Our circuit has long displayed a uniform understanding of the "materiality" concept embodied in section 1623. See, e.g., United States v. Thompson, 637 F.2d at 268; United States v. Giarratano, 622 F.2d 153, 156 (5th Cir.1980); United States v. Cosby, 601 F.2d 754, 756 n. 2 (5th Cir.1979); United States v. Gremillion, 464 F.2d 901, 905 (5th Cir.), cert. denied, 409 U.S. 1085, 93 S.Ct. 683, 34 L.Ed.2d 672 (1972). The most common formulation of that understanding is that a concealment or misrepresentation is material if it " 'would have the natural effect or tendency to influence' " the decision of the tribunal to which it is addressed. Thompson, 637 F.2d at 268 (quoting Gremillion, 464 F.2d at 905).


Salinas argues that, as applied to the present case, this test required the Government to prove that, had the truth been told, the district court would have made a different decision under Rule 609. The language of the materiality test forecloses this argument. Indeed, if the ultimate question is "natural effect or tendency to influence," the appropriate inquiry is not whether the court would have made a different decision if the truth had been told, but whether the district court might have made a different decision if the truth had been told. Thus, in United States v. Giarratano, we held that "[t]he test for materiality is a broad one--whether the false testimony was capable of influencing the tribunal on the issue before it." 622 F.2d 153, 156 (5th Cir.1980) (emphasis added) (citing United States v. Cuesta, 597 F.2d 903, 921 (5th Cir.), cert. denied, 444 U.S. 964, 100 S.Ct. 451, 62 L.Ed.2d 377 (1979)).


So understood, Salinas's concealment of his conviction for felony criminal mischief obviously was material. Rule 609 allows use of a prior felony conviction for impeachment purposes if the probative value of that conviction is not outweighed by the danger of unfair prejudice to the criminal defendant.2 By failing to reveal his felony conviction, Salinas deprived the district court of the opportunity to apply this balancing test and make an informed decision about whether to allow the Government to question Salinas on this subject. The fact that the district court did not allow the questioning in a subsequent trial even when the truth was known does not render Salinas's previous false statement immaterial. As we have said, the false statement need not actually affect the tribunal's decision; it need only be capable of affecting the tribunal's decision. See Giarratano, 622 F.2d at 156; Cosby, 601 F.2d at 756.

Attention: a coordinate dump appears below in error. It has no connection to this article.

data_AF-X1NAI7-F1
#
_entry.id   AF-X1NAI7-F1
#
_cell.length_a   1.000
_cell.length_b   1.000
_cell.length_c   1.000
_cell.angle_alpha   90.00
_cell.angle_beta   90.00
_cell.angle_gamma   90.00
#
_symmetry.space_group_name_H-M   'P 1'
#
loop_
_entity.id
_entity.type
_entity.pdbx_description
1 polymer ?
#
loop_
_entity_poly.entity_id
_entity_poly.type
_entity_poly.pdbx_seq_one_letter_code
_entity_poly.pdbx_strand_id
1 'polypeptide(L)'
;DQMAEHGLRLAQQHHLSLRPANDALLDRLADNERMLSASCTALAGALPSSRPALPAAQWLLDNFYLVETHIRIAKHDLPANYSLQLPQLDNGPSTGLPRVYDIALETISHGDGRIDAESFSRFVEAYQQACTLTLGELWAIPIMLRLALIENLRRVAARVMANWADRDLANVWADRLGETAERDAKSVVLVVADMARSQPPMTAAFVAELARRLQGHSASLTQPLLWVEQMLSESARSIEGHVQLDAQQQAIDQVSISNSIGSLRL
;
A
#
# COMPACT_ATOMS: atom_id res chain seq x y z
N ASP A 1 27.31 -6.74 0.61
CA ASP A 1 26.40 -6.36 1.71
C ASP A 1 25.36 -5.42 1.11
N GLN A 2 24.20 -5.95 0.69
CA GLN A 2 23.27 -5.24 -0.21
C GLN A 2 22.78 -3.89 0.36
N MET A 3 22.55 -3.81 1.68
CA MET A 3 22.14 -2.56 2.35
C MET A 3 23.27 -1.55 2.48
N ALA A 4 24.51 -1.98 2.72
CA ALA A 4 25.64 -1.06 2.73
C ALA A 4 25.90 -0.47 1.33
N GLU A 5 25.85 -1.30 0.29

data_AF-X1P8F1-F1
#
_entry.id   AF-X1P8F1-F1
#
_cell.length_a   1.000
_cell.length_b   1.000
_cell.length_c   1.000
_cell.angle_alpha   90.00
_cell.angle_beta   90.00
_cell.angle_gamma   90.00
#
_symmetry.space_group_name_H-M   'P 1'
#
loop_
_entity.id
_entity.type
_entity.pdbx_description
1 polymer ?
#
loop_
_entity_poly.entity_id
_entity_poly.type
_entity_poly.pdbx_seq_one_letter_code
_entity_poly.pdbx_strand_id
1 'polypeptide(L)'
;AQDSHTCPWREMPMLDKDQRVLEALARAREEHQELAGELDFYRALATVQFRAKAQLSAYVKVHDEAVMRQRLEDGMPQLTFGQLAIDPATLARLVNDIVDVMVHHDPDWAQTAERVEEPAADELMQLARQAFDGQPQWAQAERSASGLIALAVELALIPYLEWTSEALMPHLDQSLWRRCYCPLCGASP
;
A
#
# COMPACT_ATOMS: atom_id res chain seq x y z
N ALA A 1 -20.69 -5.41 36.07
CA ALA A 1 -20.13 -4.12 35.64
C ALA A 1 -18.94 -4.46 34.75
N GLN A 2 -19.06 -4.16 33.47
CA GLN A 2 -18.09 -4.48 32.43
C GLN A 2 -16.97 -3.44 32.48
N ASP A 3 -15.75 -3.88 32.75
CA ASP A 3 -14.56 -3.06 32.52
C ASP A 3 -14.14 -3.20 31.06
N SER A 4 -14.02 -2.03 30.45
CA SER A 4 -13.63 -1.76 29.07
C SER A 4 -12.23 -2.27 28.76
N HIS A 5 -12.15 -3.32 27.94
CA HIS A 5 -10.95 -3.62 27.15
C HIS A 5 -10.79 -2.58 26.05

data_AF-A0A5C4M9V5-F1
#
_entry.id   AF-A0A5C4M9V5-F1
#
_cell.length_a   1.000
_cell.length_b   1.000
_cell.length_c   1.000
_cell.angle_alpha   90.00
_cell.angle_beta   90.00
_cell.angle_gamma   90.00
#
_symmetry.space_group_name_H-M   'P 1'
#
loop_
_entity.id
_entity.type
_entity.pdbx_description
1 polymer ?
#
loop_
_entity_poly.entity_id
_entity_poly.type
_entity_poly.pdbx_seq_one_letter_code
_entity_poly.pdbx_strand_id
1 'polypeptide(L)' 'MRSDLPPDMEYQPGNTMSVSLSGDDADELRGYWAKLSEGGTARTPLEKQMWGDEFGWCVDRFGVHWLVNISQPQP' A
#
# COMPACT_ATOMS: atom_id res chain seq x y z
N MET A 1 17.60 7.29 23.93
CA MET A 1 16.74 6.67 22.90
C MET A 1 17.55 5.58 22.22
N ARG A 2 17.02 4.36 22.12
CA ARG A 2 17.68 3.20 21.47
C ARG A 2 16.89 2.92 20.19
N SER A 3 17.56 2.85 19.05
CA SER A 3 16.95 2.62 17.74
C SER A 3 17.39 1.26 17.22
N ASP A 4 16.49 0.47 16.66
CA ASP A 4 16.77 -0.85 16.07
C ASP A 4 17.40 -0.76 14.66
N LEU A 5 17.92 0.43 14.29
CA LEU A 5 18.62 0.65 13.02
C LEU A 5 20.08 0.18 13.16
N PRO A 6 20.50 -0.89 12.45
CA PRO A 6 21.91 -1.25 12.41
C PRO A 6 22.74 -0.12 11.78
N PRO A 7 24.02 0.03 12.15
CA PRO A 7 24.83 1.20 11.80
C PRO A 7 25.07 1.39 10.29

In this case, knowledge of Salinas's prior felony conviction clearly was capable of affecting the court's decision to allow impeachment questioning in the first trial.3 Salinas's appeal is therefore without merit. The judgment of the district court is AFFIRMED.


The court apparently found that impeachment under Rule 609 was improper because the probative value of Salinas's convictions was outweighed by the danger of unfair prejudice and the crimes did not involve dishonesty or false statement. See Fed.R.Evid. 609


Rule 609 provides:

(a) General Rule. For the purpose of attacking the credibility of a witness, evidence that the witness has been convicted of a crime shall be admitted if elicited from the witness or established by public record during cross-examination but only if the crime (1) ... [is a felony] and the court determines that the probative value of admitting this evidence outweighs its prejudicial effect to the defendant, or (2) involved dishonesty or false statement, regardless of punishment.


Indeed, without knowledge of the felony conviction, the district court had no choice but to disallow impeachment under Rule 609 because Salinas's assault conviction was only a misdemeanor